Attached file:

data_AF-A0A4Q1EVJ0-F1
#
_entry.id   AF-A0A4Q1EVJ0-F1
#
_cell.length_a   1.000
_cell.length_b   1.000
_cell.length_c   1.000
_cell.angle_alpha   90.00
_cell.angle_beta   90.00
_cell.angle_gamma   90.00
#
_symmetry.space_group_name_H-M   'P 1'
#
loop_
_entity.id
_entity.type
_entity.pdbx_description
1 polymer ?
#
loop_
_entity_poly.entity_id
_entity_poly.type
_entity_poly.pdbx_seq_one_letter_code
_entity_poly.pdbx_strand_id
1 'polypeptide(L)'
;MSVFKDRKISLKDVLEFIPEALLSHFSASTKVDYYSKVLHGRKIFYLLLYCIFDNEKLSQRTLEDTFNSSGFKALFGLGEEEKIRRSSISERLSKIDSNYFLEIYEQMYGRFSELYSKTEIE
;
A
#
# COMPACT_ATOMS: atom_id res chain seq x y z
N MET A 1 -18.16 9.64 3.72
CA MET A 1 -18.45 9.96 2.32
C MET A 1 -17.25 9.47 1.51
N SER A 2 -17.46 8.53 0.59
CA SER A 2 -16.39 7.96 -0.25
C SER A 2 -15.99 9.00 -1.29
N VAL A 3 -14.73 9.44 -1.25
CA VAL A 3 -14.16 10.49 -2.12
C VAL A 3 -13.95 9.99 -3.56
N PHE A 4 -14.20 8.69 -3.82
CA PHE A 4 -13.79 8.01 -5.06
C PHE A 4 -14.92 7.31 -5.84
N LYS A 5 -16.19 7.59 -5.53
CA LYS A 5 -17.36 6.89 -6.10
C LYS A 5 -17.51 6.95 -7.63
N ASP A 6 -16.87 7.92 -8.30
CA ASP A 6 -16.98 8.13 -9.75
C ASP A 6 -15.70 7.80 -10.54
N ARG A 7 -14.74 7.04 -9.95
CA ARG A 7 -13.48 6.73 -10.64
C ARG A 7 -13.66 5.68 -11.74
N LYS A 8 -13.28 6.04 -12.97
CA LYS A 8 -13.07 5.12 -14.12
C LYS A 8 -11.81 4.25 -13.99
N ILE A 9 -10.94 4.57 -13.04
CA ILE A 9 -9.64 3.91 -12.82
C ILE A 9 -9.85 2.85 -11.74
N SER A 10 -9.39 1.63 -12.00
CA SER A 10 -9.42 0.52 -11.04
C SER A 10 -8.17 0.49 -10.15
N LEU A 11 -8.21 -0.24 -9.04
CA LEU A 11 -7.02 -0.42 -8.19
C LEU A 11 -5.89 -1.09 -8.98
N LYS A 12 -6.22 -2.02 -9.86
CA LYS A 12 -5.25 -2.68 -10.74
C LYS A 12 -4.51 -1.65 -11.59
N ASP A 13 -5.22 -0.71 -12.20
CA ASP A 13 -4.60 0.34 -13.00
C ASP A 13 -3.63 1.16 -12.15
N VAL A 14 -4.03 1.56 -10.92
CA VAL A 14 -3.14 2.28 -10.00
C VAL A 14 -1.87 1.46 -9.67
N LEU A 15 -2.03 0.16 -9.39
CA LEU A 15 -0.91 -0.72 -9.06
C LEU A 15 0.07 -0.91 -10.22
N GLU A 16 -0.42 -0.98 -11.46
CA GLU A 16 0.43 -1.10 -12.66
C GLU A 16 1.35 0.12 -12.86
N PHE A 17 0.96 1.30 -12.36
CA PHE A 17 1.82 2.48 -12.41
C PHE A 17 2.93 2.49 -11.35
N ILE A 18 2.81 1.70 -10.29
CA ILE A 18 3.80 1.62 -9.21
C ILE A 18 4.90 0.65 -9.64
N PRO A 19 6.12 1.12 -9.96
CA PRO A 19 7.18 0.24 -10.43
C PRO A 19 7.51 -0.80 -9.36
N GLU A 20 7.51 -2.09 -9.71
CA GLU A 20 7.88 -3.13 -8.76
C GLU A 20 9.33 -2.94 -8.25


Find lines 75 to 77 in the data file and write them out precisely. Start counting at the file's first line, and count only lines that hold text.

C LEU A 15 0.07 -0.91 -10.22
N GLU A 16 -0.42 -0.98 -11.46
CA GLU A 16 0.43 -1.10 -12.66